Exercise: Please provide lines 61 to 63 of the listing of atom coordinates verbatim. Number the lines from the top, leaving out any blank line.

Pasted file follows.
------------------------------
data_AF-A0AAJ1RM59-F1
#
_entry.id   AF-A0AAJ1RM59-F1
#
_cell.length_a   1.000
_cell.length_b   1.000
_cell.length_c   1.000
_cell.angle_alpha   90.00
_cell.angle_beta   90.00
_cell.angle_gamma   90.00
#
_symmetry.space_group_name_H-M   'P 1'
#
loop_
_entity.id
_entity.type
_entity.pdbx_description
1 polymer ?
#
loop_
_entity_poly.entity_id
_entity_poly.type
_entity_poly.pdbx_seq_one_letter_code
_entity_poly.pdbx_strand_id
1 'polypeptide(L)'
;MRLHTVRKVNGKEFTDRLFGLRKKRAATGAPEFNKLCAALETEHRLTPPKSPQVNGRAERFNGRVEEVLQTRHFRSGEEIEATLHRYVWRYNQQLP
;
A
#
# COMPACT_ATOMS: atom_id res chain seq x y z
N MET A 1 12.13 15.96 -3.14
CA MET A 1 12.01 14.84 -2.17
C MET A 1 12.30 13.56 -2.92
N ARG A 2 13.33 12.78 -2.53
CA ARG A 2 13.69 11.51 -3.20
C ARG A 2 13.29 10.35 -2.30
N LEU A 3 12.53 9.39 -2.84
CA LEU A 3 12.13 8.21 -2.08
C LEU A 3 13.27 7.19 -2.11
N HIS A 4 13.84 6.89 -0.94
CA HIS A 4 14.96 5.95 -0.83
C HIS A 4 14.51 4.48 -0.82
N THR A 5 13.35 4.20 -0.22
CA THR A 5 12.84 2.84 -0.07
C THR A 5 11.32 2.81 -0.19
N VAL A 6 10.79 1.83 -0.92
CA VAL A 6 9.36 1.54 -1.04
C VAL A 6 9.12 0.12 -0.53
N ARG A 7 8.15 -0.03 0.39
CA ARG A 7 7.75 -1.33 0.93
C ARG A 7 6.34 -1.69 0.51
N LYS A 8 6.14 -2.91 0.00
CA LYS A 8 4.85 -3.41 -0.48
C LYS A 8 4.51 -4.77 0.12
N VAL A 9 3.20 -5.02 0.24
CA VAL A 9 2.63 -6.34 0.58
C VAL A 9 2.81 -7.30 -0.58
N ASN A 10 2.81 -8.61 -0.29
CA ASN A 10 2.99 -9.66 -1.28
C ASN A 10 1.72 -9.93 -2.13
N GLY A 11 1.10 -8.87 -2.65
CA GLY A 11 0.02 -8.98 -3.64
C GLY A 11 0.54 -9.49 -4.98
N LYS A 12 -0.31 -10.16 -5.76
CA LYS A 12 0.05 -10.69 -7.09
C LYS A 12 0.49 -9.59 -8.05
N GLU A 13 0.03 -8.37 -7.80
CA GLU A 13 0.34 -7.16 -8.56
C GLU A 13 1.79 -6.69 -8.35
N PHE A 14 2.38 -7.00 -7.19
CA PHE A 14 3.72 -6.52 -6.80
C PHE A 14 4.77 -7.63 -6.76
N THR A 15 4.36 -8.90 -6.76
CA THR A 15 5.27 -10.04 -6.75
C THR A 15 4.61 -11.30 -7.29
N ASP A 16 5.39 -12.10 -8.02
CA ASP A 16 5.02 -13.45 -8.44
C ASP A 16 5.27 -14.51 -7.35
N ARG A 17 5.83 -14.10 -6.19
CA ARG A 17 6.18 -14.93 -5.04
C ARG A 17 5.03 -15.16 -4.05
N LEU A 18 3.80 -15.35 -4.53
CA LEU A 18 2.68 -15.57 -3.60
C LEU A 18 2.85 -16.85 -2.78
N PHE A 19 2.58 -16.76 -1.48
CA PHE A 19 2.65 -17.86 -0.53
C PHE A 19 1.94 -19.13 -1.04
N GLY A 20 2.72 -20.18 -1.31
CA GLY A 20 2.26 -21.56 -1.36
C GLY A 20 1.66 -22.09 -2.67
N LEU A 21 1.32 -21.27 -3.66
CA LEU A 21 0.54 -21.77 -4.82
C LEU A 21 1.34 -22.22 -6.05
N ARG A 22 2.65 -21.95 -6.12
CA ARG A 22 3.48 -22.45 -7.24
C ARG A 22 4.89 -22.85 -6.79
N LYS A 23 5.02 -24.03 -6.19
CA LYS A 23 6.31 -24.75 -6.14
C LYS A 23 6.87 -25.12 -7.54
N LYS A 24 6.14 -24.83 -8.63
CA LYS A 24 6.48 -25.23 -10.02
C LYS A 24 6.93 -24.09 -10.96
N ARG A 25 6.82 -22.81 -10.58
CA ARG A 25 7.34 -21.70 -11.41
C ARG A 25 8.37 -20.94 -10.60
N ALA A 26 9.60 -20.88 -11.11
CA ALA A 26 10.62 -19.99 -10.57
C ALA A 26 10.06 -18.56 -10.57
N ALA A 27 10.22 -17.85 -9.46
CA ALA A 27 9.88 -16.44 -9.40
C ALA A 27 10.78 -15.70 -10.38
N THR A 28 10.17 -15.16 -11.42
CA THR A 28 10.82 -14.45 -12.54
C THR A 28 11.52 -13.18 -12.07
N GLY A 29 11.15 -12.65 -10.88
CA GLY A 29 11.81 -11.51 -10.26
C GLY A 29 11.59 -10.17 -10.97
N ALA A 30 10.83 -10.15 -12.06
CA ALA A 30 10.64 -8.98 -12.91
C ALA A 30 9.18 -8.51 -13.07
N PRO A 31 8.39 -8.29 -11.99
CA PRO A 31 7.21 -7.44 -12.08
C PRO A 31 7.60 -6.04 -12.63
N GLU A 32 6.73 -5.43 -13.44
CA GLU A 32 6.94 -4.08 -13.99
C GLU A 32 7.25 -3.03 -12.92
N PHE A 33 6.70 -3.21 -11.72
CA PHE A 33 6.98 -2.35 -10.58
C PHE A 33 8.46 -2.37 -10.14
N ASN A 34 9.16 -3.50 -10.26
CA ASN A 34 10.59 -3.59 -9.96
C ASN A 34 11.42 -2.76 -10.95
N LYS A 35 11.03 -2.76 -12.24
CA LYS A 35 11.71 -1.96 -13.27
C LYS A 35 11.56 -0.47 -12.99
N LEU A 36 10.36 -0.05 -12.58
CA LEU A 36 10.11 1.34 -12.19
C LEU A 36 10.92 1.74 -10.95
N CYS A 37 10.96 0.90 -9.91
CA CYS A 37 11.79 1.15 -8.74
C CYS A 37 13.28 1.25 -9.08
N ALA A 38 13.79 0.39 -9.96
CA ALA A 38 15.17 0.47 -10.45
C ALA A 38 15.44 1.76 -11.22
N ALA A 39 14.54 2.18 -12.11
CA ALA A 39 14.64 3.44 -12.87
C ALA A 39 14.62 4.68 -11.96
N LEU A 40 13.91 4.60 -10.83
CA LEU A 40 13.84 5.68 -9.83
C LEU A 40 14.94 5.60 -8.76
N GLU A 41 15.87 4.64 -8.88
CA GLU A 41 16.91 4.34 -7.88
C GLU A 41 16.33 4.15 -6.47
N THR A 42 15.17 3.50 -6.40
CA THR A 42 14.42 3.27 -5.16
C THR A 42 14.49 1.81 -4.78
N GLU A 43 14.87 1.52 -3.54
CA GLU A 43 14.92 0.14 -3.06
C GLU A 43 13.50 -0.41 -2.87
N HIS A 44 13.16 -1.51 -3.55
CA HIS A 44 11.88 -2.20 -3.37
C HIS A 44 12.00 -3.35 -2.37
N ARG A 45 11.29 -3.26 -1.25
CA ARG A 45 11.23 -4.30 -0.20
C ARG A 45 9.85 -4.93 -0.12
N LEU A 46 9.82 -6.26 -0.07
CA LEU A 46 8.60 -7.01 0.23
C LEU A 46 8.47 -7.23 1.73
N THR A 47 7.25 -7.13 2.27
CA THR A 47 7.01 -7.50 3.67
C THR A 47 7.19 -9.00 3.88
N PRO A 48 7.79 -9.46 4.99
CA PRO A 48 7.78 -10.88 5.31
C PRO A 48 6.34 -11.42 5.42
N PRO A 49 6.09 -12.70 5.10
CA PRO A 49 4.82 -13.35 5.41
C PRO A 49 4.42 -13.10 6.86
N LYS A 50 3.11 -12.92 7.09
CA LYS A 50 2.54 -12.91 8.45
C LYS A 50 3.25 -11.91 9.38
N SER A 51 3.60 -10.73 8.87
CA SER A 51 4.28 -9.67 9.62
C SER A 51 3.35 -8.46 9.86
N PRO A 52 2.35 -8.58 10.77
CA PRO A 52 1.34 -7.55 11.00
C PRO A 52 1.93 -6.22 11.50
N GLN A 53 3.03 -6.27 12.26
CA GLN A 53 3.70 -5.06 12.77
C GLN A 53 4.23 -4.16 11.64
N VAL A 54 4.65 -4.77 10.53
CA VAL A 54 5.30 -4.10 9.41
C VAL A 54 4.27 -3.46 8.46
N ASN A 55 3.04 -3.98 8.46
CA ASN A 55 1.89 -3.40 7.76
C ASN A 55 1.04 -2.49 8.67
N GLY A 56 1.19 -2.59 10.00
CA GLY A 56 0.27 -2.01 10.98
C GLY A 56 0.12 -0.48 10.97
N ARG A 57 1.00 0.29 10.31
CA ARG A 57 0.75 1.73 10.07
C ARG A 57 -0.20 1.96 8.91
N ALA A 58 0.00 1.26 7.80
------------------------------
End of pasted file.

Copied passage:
N GLY A 11 1.10 -8.87 -2.65
CA GLY A 11 0.02 -8.98 -3.64
C GLY A 11 0.54 -9.49 -4.98